In the context of ALCOA+ this means that we need to think about additional considerations for these long-term records. Let me illustrate this by looking at a principle in more detail.

ALCOA+ long-term requirements in depth – Enduring

The ALCOA+ principle enduring as described in the EMA’s guidelines for computerised systems is as follows:

Data should be maintained appropriately such that they remain intact and durable through the entire data life cycle, as appropriate, according to regulatory retention requirements.

But what does this mean in practice for long-term data? Below are just some of the considerations you need to think about when aligning your approach to the principle:

  • Do you check and verify the integrity of your data and records when moving or copying that content?
  • Are you regularly checking and verifying the integrity of all your stored records and data?
  • Do you have a plan and a process in place to replace or repair any corrupted content as necessary?
  • Do you keep at least two or three copies of the data in separate geographic locations?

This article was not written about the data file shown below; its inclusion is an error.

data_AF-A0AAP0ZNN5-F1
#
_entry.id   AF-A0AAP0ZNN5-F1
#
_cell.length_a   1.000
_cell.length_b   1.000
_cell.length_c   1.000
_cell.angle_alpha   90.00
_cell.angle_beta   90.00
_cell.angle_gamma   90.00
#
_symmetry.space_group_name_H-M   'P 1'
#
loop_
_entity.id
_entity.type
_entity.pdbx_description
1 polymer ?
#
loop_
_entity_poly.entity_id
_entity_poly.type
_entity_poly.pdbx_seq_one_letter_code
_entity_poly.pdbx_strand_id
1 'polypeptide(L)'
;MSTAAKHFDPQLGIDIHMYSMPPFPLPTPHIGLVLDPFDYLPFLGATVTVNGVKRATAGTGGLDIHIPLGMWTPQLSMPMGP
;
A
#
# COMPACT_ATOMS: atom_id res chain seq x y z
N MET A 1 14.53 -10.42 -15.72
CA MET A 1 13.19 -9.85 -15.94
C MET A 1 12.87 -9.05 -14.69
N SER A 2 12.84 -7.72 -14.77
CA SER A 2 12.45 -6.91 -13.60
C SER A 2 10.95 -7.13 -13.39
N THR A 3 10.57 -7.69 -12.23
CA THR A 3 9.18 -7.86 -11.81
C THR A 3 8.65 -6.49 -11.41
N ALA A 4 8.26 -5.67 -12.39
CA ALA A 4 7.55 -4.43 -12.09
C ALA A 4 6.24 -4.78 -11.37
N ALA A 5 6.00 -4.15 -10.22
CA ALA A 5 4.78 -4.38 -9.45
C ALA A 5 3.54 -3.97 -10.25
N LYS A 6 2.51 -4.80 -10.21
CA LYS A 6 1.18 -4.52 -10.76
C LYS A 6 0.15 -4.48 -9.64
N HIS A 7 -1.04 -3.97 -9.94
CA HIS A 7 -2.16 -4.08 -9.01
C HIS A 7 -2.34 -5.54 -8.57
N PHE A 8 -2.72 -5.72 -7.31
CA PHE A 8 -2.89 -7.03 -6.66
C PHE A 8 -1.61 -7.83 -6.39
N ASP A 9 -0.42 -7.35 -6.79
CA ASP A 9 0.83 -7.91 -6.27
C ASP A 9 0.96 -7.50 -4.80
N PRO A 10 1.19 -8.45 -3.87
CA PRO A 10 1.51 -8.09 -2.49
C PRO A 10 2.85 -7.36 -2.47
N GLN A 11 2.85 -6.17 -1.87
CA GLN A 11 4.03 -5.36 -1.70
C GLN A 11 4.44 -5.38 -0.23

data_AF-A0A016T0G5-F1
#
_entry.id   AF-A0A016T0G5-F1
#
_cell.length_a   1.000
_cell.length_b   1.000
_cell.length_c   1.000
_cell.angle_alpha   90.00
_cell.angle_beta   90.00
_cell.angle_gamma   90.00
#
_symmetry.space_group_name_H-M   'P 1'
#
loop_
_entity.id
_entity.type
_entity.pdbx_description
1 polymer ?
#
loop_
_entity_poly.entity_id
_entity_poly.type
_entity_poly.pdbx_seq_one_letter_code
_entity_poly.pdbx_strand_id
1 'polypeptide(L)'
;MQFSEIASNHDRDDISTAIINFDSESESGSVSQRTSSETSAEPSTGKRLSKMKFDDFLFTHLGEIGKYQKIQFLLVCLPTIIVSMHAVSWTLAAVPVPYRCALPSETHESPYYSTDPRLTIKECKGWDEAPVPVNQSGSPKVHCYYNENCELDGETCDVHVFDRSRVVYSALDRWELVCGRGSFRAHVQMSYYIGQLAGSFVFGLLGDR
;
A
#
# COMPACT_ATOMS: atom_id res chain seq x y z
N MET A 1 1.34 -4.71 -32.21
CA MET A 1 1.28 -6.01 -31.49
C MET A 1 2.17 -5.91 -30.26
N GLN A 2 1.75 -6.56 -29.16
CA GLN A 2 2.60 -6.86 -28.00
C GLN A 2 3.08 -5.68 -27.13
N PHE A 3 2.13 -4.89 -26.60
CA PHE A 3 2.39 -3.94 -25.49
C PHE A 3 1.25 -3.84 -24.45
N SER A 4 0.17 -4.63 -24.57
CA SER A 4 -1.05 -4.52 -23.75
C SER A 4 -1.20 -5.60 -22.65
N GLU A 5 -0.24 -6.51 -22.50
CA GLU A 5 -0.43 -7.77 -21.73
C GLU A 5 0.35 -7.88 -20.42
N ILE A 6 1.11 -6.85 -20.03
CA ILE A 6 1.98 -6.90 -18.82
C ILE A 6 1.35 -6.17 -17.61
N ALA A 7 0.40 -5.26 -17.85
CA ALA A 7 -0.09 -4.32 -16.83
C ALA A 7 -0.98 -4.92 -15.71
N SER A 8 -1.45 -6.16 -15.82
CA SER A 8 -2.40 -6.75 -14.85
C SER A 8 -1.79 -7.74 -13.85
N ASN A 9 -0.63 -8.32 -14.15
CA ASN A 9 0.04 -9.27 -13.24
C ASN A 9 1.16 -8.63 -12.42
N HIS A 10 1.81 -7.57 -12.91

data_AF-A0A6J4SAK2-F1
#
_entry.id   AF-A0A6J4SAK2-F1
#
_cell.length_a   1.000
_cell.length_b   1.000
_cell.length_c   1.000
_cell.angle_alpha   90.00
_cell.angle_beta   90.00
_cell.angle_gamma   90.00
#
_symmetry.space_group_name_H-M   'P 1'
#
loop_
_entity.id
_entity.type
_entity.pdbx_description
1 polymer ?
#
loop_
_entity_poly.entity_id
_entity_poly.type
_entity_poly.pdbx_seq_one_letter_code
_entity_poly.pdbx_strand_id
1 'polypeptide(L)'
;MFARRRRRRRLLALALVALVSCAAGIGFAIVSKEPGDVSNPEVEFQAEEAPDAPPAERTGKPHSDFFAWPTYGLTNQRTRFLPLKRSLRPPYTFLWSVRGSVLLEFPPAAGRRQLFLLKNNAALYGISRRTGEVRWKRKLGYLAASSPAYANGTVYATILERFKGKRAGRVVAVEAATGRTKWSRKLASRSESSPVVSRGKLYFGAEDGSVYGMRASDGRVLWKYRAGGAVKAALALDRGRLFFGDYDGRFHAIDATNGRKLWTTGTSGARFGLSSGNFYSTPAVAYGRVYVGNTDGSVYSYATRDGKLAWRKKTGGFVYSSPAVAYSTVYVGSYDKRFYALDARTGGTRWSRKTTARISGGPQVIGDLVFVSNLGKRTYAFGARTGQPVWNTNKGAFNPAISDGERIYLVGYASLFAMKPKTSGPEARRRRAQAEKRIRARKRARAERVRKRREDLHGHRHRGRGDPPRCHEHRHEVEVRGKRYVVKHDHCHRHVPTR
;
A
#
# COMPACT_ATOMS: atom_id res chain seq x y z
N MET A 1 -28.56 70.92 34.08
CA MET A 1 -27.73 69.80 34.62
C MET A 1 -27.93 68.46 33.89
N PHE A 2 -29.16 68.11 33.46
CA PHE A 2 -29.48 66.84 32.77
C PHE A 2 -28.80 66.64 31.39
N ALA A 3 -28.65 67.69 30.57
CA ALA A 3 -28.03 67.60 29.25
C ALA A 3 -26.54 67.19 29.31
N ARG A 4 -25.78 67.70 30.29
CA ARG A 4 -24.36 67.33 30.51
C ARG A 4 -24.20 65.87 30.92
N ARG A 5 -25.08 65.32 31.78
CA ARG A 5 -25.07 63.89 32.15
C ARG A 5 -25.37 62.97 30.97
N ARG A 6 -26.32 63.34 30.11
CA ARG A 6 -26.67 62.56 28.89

• Do you have a plan in place to address obsolescence risks of storage hardware, software and media?
  • Do you maintain logs of both human and computerised actions that take place on the digital content?
  • Do you periodically review these logs?


Now many of the above do not apply to live data – the risk is so small that they don’t need to factor into thinking. This is not the case for records and data that needs to be kept over decades or longer, where the risks of corruption, loss, in access and obsolescence significantly increase.

…and to think, this is for just one ALCOA+ principle.


Applying ALCOA+ to archived data

Given this is a blog post, I won’t run through all the principles here, but there is a strong argument that each requires additional effort to fully align your long-term data storage approach to ALCOA+.

Successful long-term data management requires ongoing effort and maintenance to guarantee that your records and data are trustworthy, accessible and usable for however long you need to keep them for.

If you’re interested in reading more about maintaining the integrity of your long-term records (and considerations for the other principles) we published an eBook covering this. You can have a read of it here.

Finally, we also recently launched a lightweight assessment tool in this area, to help you assess your current approach to long-term data management and how it aligns to ALCOA+. All it entails is a short quiz and you receive your results, with recommendations, immediately – you can access that here.


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Tom Lynam

Tom is the Marketing Director at Arkivum. He joined the business in January 2020 tasked with driving new business growth and building the brand into new sectors such as Pharmaceutical and Life Sciences. He has over 12 years’ experience in several diverse marketing leadership roles across technology and professional services organisations.